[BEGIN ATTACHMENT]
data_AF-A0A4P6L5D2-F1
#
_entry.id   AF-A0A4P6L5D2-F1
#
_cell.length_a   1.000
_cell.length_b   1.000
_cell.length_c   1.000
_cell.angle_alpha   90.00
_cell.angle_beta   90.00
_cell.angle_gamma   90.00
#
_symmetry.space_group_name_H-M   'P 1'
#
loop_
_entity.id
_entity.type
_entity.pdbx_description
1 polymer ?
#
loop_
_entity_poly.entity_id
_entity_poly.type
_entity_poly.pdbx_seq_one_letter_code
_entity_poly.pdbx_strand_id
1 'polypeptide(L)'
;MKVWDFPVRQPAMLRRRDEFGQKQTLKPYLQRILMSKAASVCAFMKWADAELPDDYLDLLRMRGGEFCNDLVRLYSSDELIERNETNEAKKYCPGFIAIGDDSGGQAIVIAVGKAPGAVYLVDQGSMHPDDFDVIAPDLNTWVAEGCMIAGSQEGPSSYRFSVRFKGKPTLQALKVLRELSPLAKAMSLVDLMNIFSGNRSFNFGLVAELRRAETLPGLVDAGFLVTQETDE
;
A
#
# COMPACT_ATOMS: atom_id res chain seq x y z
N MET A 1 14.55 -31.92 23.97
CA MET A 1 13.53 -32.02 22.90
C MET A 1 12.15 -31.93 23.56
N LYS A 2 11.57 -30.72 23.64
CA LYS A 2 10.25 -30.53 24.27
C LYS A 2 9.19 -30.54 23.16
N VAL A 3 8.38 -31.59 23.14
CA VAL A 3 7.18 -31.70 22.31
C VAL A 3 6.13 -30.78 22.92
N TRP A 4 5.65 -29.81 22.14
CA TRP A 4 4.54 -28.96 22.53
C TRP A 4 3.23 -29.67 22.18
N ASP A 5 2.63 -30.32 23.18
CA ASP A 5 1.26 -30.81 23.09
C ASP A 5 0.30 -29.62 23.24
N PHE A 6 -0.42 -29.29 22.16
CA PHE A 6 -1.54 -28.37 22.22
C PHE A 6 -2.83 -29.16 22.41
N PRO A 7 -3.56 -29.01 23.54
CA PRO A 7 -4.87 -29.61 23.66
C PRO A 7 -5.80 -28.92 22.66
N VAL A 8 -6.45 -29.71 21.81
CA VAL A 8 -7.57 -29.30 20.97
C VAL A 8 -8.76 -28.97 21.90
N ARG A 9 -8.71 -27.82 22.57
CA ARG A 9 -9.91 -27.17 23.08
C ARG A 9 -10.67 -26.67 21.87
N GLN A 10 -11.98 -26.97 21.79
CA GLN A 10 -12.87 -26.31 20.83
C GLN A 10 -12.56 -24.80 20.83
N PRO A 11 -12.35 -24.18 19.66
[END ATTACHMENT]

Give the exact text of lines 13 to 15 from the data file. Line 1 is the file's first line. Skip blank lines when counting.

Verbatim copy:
#
loop_
_entity.id